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Bridging Disciplines, Knowledge Systems and Cultures in Pest Management

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The success of research in integrated environmental and natural resource management relies on the participation and involvement of different disciplines and stakeholders. This can be difficult to achieve in practice because many initiatives fail to address the underlying social processes required for successful engagement and social learning. We used an action research approach to support a research-based group with a range of disciplinary and stakeholder expertise to critically reflect on their engagement practice and identify lessons around how to collaborate more effectively. This approach is provided here as a guide that can be used to support reflective research practice for engagement in other integration-based initiatives. This paper is set in the context of an integrated wildlife management research case study in New Zealand. We illustrate how multi-, inter- and trans-disciplinary approaches can provide a framework for considering the different conversations that need to occur in an integrated research program. We then outline rubrics that list the criteria required in inter- and trans-disciplinary collaborations, along with examples of effective engagement processes that directly support integration through such efforts. Finally, we discuss the implications of these experiences for other researchers and managers seeking to improve engagement and collaboration in integrated science, management and policy initiatives. Our experiences reaffirm the need for those involved in integrative initiatives to attend to the processes of engagement in both formal and informal settings, to provide opportunities for critical reflective practice, and to look for measures of success that acknowledge the importance of effective social process.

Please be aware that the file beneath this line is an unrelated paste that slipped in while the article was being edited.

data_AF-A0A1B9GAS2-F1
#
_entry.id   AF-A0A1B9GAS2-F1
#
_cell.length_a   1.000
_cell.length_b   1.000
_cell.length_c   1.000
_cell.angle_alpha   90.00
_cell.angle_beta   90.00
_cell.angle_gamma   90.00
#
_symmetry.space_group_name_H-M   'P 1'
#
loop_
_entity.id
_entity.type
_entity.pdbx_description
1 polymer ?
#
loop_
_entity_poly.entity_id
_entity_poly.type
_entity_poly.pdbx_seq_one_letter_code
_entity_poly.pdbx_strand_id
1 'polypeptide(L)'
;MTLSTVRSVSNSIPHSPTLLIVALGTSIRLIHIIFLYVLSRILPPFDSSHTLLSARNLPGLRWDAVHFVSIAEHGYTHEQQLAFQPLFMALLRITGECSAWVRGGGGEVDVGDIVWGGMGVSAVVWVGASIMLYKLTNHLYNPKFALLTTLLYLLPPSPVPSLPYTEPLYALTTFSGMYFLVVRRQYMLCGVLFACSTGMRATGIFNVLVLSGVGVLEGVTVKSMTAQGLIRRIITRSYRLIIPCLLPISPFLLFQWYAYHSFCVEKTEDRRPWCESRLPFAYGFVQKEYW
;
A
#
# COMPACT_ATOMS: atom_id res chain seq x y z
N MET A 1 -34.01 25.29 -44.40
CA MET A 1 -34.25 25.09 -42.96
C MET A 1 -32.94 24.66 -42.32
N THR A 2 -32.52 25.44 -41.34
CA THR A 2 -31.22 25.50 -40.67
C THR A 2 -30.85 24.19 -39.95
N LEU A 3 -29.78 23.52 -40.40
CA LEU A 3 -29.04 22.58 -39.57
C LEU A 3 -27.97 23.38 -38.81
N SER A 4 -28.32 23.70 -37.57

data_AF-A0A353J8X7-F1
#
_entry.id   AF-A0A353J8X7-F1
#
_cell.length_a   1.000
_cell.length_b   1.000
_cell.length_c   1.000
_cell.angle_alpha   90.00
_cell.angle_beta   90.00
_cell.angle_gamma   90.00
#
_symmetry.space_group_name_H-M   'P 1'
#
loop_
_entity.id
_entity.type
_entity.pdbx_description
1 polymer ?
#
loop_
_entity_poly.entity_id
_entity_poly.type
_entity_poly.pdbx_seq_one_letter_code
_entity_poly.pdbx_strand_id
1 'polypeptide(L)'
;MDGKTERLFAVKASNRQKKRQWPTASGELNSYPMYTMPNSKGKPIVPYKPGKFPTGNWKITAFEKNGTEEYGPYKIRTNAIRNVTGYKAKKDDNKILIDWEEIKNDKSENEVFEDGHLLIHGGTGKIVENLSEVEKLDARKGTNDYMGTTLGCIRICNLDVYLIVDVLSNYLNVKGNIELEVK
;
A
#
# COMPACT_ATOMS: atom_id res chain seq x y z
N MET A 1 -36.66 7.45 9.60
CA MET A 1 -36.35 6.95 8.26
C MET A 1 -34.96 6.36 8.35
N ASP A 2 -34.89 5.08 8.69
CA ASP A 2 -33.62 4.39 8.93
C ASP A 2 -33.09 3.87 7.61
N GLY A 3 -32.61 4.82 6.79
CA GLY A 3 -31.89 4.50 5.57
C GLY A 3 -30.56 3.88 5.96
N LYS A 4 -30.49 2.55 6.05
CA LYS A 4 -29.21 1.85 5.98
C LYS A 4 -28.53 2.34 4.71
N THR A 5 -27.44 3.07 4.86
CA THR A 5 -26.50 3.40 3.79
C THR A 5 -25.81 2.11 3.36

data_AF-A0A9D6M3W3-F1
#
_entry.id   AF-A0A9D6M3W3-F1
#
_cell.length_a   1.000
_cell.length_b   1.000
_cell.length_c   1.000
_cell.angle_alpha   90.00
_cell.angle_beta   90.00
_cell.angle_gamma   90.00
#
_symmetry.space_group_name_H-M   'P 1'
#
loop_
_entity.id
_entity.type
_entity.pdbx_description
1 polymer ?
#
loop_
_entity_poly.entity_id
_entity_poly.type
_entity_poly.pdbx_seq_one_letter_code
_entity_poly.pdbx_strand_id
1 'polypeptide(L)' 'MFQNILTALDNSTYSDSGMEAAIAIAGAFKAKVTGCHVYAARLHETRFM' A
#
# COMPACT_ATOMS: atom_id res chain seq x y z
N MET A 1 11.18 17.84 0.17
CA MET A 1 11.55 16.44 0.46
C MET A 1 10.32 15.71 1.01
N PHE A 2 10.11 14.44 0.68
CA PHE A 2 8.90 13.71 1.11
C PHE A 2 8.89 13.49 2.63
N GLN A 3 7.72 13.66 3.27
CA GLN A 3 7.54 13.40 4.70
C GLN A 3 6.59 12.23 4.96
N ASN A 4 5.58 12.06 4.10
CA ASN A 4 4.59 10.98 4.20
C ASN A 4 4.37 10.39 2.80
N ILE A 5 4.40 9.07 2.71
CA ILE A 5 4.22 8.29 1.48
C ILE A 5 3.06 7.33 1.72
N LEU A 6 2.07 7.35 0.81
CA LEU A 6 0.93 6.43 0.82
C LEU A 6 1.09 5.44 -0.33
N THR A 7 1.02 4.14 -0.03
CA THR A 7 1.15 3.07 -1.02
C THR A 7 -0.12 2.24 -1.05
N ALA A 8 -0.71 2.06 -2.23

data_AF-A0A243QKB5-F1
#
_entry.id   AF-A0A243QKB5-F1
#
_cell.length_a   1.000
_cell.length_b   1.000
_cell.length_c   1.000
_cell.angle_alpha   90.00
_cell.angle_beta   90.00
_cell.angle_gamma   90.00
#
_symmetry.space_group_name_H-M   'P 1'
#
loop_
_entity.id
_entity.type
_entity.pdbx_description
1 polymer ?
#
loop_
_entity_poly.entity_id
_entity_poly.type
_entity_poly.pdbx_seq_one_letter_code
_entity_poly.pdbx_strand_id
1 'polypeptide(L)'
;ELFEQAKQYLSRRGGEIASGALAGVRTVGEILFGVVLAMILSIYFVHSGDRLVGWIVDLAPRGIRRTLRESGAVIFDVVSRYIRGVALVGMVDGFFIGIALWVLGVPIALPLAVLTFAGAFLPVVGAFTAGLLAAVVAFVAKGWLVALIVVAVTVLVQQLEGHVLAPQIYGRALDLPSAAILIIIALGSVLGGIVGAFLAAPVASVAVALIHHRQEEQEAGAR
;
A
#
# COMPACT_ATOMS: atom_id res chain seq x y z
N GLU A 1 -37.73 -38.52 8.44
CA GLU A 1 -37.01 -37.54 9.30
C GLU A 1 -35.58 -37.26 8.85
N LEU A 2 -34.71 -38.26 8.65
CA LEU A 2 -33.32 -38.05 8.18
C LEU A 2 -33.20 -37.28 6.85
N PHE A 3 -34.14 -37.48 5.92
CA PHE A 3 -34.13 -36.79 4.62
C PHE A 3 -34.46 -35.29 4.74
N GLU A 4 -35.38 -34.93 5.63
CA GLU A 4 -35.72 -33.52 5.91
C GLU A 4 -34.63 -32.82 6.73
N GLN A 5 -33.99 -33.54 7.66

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Fig. 1


  1. Indigenous people of New Zealand

  2. Māori tribe

  3. A traditional Māori tribal meeting place

  4. Māori sub-tribe

  5. Endemic New Zealand passerine bird, Mohoua ochrocephala


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Funding for this research was provided by the New Zealand Ministry of Business, Innovation and Employment. The authors would like to acknowledge the many stakeholders we have worked with through these research programs. Participatory action research such as is described here is not possible without the support and goodwill of all those involved. Marina Apgar kindly provided useful and insightful comments on an earlier draft of this manuscript. This manuscript has also benefitted by comments from three anonymous reviewers.

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Correspondence to Will Allen.

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Allen, W., Ogilvie, S., Blackie, H. et al. Bridging Disciplines, Knowledge Systems and Cultures in Pest Management. Environmental Management 53, 429–440 (2014).

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